Airdrop

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Airdrop is a term for a large-scale distribution of free cryptocurrency tokens into a digital community. In an airdrop, a cryptocurrency business deposits tokens into the wallets that it has access to. Often the purpose of the airdrop is lead generation, whereby cryptocurrency traders have to reveal their wallet addresses and sometimes their identities to the airdropping business in order to allow the transaction.[1]

In February 2014, an Icelandic resident issued a cryptocurrency called the auroracoin, which the issuer wanted to deposit into accounts for each citizen of Iceland to use as an alternative to the national fiat currency. This was the first widely reported airdrop. As a monetary initiative the auroracoin quickly failed.[2] Four and a half years later, in November 2018, CoinMarketCap reported auroracoin as the 269th most actively traded cryptocurrency with $22,374,321 traded over the most recent month. Auroracoin was the 45th largest cryptocurrency in the world at the time with a market capitalization of $181,491,251.[3]

An airdrop can provide a number of benefits to the creators of a cryptocurrency, including promotion and increasing the price of the token.[4] Some argue it's also a way of getting around the SEC's ruling that ICOs are securities; if digital assets are given away for free, they can't technically be considered securities. Though the creators of the token don't make money by giving them away for free, the token still gets propagated, leading to large numbers of people adopting it for trade.[5] Airdrops can also come in the form of forks.[6]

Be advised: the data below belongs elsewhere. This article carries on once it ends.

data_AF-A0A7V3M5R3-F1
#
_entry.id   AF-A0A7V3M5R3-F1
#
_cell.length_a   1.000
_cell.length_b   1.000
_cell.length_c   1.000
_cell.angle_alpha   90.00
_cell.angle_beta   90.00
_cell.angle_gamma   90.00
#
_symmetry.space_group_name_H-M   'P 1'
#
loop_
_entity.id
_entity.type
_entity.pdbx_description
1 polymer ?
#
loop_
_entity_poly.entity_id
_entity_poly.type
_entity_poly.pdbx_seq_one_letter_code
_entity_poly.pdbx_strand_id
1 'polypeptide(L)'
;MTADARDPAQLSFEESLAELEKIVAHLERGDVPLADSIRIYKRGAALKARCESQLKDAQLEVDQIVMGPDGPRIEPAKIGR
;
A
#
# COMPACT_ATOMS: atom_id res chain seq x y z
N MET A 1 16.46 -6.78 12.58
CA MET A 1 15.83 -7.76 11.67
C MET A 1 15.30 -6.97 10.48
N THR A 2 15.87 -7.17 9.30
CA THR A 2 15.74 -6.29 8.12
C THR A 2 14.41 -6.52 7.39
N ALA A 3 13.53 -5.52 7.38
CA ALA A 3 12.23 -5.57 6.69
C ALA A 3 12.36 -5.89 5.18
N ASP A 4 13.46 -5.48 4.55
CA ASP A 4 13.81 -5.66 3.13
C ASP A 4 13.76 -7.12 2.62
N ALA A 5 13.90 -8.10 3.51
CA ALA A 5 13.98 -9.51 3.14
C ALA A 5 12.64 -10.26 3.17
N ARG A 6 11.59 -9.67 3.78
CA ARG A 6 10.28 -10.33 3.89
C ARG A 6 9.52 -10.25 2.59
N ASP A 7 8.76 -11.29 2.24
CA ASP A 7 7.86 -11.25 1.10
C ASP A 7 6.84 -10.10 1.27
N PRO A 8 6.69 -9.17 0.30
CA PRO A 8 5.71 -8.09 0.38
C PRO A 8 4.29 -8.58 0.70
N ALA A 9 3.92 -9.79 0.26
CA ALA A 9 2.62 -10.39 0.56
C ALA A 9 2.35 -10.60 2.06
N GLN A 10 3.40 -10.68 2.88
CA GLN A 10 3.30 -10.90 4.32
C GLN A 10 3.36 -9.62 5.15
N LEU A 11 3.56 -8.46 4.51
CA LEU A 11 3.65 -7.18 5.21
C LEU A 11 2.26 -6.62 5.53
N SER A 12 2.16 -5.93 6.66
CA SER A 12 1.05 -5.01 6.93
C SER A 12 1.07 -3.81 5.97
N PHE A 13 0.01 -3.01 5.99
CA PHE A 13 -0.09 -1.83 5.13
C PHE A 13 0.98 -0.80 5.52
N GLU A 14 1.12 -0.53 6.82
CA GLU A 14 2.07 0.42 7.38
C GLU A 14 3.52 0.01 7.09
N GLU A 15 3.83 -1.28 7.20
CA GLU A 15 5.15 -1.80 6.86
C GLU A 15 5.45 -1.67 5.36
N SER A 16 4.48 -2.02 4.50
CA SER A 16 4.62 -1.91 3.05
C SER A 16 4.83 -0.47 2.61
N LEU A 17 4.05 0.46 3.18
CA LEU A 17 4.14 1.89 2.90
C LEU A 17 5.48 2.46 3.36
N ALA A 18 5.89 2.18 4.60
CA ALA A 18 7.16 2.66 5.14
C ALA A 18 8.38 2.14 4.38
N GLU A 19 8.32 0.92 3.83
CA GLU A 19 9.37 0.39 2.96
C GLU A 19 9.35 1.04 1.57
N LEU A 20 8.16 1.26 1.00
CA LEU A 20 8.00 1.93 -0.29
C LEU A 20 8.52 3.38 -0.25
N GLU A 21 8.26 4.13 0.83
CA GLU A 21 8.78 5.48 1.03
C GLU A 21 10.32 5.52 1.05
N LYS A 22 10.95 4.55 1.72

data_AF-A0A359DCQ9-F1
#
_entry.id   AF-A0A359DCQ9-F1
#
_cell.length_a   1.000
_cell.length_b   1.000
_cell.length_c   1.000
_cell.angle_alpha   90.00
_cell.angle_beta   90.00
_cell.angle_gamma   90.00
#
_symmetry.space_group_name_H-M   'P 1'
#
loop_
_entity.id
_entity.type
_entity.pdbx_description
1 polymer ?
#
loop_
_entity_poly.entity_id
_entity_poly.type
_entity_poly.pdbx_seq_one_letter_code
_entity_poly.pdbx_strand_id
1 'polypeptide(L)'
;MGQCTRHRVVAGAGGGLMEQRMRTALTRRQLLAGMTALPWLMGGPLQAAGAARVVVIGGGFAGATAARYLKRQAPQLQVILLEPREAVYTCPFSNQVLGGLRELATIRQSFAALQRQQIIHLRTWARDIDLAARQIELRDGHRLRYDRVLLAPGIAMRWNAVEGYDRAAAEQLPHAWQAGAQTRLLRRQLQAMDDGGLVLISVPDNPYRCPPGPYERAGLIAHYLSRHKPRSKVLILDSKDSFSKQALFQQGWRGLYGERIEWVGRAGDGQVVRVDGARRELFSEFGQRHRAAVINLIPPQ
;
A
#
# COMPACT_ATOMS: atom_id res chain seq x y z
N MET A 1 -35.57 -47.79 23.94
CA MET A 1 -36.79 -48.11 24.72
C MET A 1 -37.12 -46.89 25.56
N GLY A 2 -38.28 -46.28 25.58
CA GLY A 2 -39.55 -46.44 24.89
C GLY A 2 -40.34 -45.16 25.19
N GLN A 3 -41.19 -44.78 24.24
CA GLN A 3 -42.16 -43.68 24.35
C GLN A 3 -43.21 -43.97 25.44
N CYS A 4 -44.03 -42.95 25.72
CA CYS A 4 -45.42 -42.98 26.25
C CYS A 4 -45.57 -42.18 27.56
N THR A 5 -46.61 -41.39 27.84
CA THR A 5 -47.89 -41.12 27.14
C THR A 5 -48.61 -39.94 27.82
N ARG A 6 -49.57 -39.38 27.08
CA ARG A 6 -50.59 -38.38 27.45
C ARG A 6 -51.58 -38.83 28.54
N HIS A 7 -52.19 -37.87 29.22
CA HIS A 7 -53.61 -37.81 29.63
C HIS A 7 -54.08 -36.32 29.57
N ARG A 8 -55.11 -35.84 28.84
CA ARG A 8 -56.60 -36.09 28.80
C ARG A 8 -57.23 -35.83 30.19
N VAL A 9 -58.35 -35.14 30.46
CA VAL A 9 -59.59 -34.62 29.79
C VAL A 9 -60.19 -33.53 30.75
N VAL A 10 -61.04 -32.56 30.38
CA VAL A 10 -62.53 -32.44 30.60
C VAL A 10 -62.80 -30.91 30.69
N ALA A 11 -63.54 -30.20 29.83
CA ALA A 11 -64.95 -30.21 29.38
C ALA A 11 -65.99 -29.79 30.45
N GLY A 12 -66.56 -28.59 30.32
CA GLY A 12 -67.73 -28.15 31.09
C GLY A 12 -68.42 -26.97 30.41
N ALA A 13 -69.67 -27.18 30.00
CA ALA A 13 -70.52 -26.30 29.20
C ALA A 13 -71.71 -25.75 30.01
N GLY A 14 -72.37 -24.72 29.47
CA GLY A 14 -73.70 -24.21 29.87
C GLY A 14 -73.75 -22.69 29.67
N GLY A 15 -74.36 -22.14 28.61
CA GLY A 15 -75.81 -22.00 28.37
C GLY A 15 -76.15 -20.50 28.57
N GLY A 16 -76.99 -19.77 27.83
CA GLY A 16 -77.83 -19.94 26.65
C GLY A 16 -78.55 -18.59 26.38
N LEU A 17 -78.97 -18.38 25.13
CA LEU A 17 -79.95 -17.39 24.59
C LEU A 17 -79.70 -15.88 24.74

Promoting both itself as well as a cryptocurrency, Blockchain.com announced on November 6, 2018 that it would airdrop $125 million worth of Stellar (XLM) over a six month period by depositing about $25 worth of XLM into each new Blockchain customer's wallet and otherwise distributing any remaining XLM to current customers. The airdrop started on November 11, 2018. The price of XLM rose about 10 percent after the announcement and maintained the price gain for at least the 24 hours after the airdrop began.[7] Blockchain.com said in an official blog post that it was the largest airdrop ever.[8]

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